I first heard about CONvergence back in 2012 from then-Angry Robot editor Lee Harris, and as I have a number of writer friends in the Midwest it seemed like the perfect choice for my next US convention. Unfortunately I wasn’t able to go in 2013, but I was determined to make it this year – and I’m very glad I did.
CONvergence reminds me a lot of Nine Worlds Geekfest, only on a much larger scale. It has the same broad age range (no “greying of fandom” here!), loads of cosplay, and a friendly, inclusive atmosphere. OK, so some of the latter was helped by ubiquitous posters pointing out that “Costume Is Not Consent” for the benefit of the socially inept/clueless, but it’s good to see a convention tackling our subculture’s issues head-on instead of hoping they’ll go away of their own accord (or even pretending they don’t exist).
It soon became obvious that CONvergence is run with younger (teens/twenties) fans in mind: there were rooms dispensing free coffee and toast, whilst others (often decked out in geeky themes) handed out various alcoholic beverages – as long as you were carrying suitable ID (I soon learned to bring my passport!). All this took place in the cabanas along two storeys of corridors around the hotel swimming pool, giving the event the atmosphere of the world’s biggest dorm-party.
I’m glad I arrived early (Wednesday night), and that my friend and local podcaster Paul Weimer was around to take me to the convention hotel, as it ensured we were registered ahead of the official opening day and also helped me get my bearings before things got really hectic. [Pro tip: if you have panels or other scheduled events, it’s best to scout out the venue in advance so you don’t get lost in the crowds – or stuck in queues for the loo!]. That night I hung out in the bar with Paul, Lee, Irene Gallo from Tor and a few other bookish folk, and from then on it was an increasing social whirl that left me giddy but wanting more!
Other highlights of the convention for me included:
- an impromptu interview with Paul Weimer and Shaun Duke for the Skiffy and Fanty podcast
- listening to Doug Hulick reading a deleted scene from his new novel Sworn in Steel (above)
- attending a fascinating and occasionally hilarious panel in which Elizabeth Bear, Scott Lynch and C Robert Cargill held forth on the topic of Storytelling 101 (below)
- watching Paul Cornell teaching a bunch of bemused Americans how to play cricket
- My first encounter with a proper, i.e. alcoholic, US cider – Angry Orchard – which was not at all bad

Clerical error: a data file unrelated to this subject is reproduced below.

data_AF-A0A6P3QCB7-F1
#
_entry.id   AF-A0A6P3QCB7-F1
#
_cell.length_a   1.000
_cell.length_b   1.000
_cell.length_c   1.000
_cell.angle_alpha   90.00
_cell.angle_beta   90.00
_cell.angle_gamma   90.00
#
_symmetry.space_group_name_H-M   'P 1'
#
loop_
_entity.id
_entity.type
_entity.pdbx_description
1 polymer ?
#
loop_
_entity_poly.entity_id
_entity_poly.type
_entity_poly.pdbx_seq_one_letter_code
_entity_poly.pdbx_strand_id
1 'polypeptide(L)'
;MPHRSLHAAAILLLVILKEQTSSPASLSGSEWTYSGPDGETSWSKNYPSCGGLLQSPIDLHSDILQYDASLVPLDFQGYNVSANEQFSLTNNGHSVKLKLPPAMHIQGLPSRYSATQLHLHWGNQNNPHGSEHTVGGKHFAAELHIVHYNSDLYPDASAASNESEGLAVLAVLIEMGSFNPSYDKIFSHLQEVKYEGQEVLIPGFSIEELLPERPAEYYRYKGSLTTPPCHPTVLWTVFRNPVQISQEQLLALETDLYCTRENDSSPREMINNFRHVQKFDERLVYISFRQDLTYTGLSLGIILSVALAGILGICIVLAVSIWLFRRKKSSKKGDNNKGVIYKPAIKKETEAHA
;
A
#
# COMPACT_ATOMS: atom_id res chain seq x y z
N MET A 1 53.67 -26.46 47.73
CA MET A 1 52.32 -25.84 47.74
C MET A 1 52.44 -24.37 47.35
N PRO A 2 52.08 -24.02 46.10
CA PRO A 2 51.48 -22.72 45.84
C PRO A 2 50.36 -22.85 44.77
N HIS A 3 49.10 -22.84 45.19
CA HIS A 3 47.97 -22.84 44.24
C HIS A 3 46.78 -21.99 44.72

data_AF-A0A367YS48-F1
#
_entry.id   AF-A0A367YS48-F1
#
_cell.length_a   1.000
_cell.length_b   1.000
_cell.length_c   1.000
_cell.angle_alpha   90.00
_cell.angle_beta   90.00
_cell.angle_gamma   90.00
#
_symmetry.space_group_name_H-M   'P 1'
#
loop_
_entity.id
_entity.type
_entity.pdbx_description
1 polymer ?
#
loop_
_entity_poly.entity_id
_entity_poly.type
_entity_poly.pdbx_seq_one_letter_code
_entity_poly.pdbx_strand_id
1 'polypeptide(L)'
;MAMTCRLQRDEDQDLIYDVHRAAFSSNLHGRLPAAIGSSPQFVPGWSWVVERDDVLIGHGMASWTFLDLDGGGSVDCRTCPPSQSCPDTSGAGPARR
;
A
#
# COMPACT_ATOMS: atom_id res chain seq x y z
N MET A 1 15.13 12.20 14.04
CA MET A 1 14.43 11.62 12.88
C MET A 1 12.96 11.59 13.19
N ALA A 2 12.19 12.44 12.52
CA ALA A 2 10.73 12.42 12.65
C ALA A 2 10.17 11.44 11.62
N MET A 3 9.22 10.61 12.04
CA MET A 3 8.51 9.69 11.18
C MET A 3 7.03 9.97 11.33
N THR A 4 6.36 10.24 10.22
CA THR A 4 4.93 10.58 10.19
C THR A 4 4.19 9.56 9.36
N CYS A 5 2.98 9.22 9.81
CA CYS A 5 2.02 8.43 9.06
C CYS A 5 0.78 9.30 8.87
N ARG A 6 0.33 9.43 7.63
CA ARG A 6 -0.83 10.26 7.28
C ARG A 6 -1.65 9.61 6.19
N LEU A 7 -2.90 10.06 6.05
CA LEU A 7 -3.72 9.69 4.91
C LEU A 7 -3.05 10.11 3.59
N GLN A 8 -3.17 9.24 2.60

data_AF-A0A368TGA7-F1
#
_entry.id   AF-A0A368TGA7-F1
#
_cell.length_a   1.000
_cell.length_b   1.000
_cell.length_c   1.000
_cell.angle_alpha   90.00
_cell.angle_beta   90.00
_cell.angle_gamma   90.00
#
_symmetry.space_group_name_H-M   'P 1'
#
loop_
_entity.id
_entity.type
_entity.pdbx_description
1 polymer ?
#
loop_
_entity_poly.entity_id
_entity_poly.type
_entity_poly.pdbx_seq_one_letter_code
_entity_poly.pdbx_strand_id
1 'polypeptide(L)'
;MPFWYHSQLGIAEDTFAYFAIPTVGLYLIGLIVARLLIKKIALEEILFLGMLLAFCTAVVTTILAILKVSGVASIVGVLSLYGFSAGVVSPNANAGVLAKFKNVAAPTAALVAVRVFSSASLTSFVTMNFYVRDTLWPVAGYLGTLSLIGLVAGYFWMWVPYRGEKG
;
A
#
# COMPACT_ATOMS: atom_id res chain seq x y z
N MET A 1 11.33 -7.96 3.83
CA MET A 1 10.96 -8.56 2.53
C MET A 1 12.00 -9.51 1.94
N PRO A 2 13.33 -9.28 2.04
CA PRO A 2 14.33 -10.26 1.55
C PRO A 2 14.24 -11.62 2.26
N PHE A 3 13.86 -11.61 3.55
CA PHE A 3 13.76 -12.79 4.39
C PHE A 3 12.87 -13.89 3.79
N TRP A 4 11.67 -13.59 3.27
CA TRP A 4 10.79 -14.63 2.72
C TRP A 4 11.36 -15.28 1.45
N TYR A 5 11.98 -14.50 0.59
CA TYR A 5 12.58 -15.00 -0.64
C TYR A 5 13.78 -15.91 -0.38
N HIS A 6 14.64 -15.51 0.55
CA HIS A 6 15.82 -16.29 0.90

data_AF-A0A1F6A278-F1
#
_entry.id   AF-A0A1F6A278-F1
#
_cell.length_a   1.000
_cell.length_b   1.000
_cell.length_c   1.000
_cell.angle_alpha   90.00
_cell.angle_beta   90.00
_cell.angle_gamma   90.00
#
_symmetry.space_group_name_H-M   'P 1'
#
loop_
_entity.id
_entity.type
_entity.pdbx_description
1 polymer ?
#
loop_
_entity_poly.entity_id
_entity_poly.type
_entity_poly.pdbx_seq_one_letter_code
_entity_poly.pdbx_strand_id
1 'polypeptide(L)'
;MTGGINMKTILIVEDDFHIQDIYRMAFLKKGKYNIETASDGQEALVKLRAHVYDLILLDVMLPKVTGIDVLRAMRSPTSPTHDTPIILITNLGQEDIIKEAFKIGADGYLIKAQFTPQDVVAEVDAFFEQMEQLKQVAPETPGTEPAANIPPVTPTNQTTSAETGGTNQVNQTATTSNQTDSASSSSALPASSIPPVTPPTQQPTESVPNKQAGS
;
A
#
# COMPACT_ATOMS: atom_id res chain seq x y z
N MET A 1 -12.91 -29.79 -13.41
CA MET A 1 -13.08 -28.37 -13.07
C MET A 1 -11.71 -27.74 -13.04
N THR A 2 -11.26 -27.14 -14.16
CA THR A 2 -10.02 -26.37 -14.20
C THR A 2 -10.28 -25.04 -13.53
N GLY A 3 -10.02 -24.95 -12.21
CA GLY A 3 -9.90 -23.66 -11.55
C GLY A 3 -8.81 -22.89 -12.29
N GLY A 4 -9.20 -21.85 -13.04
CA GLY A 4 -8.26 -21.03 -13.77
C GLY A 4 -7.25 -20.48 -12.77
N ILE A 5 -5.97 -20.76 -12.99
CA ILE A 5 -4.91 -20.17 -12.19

- the Dead Dogs Party, which started with a game of Once Upon a Time with Paul Weimer, Shaun Duke, Mike Underwood, Tex Thompson, Carrie Patel and her husband Hiren, and ended in the wee hours of the morning drinking scotch and playing Cards Against Humanity with Scott, Bear, Cargill, Steve Brust (and both cases, a bunch of other cool people whose names have melted into a haze of jetlag – sorry, guys!)
- Signing loads of books at the Angry Robot stall in the dealers’ room – well, loads compared to most of my signings!
Signings apart, the dealers’ room was still pretty cool. As might be expected from a cosplay-oriented convention, there were plenty of stalls selling steampunk and leather gear; I picked up a nice pair of studded vambraces – because a girl needs a bit of armour to go with her weaponry! – and a pendant and pair of earrings made out of old typewriter keys. I also bought a couple of t-shirts (one with a Mudder’s Milk logo) as well as a large hank of gorgeously soft alpaca yarn (yay for knitting being a geeky craft!) and a set of DIY Once Upon A Time cards. I have the 2nd edition of this card game, but having played a few games at CONvergence the basic set seems a little tame, so I want to add some cards with a slightly more grimdark/Tough Guide to Fantasyland flavour for our next bout at WorldCon.
My panels were…interesting. The first one, Loki Can Rule Me Any Day, was a lot of fun, and unsurprisingly focused on Loki fandom more than on the ostensible topic of secondary characters. There were a passel of Loki cosplayers attending, including one female fan who totally rocked a movie-Loki costume complete with glowing tesseract. The second panel, The Science of Sex, was less satisfying (pun intended!), at least from my perspective; the other biologist failed to show, so the discussion veered more towards the sex/relationship therapists on the panel, leaving me feeling somewhat out of my depth.
I was also somewhat frustrated at not having been assigned a place on any of the Shakespeare panels, given my obvious qualifications, but word is that the schedule organisers were new this year, which might also explain why some panels were not only all-male but inexplicably so – like the one about Joss Whedon’s Agents of SHIELD. It was the one blot on an otherwise amazingly inclusive convention, and I hope that the organisers improve this aspect next year.
So will I be going back to Minnesota’s big summer geekfest? You betcha!